We've been back from Colorado for two painful weeks. They've been painful because, after visiting Denver, Colorado Springs, Manitou Springs, Pikes Peak, Fort Collins, Boulder, Estes Park, and Aurora, we've seen what we've been missing by not living near the Rockies.
First, there are views like this:
This was taken from the Eastern edge of Aurora on our way back to our friends' house. We ended up taking several day trips because my dear childhood friend allowed us to use her car. She wasn't headed anywhere, considering that, just a day before we arrived, she gave birth to my sweet "nephew." Which is awesome, because that meant he could model the blanket I made for him!
It's from hand-dyed Lion Brand Fisherman's Wool (You're actually looking at the "wrong" side of the blanket, but what the heck). I used four different shades of Kool Aid to dye the yarn in a many tones of red. I love how it turned out, and hopefully it will get many years of use!
On our first day, we tried to take it easy to avoid altitude sickness, so we went to downtown Denver to visit a couple of book stores, a yarn shop, and a Mexican restaurant all recommended to us by the ever-lovely Colorado native, The Maiden Metallurgist.
First, though, I visited the state capitol building, which was pretty cool. I mean, it's no Texas State Capitol, but it did have some neat features, like the stained glass portraits:
The walls were suffocating witha beautifully veined stone, too:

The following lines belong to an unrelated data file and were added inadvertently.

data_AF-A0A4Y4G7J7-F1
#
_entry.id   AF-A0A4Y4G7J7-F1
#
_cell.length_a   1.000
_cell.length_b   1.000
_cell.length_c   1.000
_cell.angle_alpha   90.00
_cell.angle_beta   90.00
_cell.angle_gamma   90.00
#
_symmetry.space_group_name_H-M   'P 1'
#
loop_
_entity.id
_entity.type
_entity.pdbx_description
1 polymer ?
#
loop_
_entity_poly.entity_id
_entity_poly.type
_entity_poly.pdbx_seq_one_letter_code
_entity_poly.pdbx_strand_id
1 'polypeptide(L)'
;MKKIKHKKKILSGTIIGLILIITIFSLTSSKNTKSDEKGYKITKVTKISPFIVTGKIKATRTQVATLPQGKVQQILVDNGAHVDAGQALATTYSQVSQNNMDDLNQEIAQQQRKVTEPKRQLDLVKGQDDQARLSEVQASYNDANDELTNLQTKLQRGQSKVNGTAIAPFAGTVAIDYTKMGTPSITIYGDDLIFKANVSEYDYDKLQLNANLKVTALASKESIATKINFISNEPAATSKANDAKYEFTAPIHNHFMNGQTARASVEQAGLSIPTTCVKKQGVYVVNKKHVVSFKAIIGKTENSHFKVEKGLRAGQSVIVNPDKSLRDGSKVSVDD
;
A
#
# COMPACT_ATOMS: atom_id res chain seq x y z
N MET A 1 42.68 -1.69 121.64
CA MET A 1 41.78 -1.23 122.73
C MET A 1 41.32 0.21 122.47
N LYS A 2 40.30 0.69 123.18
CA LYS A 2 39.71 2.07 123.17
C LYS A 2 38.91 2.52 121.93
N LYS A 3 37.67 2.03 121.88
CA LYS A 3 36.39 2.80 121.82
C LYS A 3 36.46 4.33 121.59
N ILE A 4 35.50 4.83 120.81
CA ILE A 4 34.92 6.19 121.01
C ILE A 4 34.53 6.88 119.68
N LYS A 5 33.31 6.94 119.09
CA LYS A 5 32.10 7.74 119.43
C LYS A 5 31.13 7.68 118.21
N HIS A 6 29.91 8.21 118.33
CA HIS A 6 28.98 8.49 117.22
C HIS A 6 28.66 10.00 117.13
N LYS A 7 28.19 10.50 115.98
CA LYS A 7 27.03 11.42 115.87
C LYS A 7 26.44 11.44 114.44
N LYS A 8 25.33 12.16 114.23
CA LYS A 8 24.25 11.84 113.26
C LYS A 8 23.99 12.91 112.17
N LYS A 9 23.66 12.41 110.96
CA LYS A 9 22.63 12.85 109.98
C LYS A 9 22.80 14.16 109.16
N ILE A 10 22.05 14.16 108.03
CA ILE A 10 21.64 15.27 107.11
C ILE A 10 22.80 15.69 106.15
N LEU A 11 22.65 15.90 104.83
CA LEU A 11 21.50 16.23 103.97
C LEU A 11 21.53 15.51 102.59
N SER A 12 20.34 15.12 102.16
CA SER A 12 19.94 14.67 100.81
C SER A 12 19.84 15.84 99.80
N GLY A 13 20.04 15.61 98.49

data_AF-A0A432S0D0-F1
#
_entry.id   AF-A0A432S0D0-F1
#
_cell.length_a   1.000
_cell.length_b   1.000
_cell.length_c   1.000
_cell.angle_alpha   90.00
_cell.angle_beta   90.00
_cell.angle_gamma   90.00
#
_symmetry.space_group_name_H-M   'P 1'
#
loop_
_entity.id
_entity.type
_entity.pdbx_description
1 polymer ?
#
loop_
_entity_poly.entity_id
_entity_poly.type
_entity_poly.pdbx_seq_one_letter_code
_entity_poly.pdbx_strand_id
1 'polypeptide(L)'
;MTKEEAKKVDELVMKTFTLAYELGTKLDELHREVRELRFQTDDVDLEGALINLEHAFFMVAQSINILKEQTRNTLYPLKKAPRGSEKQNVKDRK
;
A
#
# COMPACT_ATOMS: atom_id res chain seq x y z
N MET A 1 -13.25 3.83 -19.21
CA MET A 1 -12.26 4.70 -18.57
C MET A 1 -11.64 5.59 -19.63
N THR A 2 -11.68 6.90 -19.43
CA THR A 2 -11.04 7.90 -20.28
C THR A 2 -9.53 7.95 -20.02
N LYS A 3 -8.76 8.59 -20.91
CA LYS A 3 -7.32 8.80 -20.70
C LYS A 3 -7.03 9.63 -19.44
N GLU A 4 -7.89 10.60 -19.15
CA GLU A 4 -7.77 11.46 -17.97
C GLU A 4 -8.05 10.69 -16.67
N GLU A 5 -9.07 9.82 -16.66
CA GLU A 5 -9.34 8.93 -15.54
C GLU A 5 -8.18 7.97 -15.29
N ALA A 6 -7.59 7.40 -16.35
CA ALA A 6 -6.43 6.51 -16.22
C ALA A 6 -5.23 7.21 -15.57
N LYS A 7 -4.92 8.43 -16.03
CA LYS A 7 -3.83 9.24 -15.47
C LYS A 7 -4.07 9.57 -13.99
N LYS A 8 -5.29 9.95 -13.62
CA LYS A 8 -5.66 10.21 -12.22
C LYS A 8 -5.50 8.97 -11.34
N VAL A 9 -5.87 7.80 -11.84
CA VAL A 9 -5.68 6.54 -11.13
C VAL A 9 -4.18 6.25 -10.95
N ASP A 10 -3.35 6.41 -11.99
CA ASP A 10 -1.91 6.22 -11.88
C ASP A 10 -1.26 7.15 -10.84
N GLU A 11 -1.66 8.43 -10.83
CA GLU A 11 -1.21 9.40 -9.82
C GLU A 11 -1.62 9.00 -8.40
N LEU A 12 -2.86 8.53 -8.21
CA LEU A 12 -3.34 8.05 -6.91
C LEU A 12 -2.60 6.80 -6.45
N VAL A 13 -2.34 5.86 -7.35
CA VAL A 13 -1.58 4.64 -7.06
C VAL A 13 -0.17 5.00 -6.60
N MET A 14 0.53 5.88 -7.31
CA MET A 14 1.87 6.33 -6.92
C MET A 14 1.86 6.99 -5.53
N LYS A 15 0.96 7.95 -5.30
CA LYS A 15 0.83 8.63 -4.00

And you could take a trip to the tip-top of the dome:
And soak up the vista:
And then we went to La Cueva. Seriously. Do not pass "Go," do not collect $200 without La Cueva's chile rellenos. It's two Anaheim peppers stuffed with Jack cheese and fried to a pleasant texture. They're then smothered in your choice of red or green chile sauce, a la so many joints in New Mexico. If you're a wimp like me when it comes to spicy foods, the red chile sauce is a safe bet. The rellenos go perfectly with the fresh-made flour tortillas.
The folks at La Cueva were even kind enough to show us how they make their tortillas. Two women work the tortilla press until each bit of dough is thin, round, and uniform:
As they day goes by, a single cook mans the griddle, turning out tortillas by flipping them almost constantly until they're just a little bubbled and browned:
And folks, that was just the first day.
You can check out our travels though my flickr feed, which has some pretty crazy photos of rocks (never thought I'd say that).